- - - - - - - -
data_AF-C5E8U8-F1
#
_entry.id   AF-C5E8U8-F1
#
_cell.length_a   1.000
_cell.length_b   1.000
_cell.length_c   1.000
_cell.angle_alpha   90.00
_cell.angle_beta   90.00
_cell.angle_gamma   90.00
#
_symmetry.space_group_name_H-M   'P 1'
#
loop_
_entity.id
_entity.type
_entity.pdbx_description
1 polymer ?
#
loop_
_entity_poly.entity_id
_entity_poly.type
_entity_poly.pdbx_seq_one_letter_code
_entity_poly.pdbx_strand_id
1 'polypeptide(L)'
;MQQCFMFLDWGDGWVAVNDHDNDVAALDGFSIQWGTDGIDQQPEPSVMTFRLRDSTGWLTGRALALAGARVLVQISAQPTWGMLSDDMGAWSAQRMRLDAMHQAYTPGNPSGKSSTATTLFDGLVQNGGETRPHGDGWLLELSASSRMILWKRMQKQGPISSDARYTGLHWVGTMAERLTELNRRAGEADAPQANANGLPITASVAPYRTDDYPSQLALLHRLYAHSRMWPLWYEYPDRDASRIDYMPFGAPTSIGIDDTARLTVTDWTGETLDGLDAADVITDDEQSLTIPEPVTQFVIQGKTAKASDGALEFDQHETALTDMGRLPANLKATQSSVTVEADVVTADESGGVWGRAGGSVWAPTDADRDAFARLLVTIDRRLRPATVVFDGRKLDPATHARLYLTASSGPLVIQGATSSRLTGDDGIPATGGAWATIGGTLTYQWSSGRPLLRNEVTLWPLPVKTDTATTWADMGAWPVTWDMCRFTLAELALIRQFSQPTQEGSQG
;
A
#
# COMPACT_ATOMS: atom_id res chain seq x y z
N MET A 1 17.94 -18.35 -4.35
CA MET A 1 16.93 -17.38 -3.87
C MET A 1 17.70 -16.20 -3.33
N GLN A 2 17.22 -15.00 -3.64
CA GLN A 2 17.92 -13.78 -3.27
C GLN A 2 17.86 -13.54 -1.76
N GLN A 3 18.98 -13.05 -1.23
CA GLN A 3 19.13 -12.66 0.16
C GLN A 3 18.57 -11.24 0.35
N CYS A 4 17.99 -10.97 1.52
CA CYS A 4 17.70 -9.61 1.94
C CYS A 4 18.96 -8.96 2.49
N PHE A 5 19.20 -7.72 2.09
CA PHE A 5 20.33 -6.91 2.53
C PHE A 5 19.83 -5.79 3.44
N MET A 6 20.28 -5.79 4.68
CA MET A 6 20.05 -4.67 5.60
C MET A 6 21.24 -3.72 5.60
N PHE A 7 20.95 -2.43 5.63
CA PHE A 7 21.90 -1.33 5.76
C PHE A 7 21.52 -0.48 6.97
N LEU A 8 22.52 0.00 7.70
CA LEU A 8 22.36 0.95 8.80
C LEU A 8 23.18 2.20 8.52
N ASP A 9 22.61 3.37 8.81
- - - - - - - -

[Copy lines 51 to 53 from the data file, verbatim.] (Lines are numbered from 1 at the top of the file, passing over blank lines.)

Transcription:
C PHE A 7 21.52 -0.48 6.97
N LEU A 8 22.52 0.00 7.70
CA LEU A 8 22.36 0.95 8.80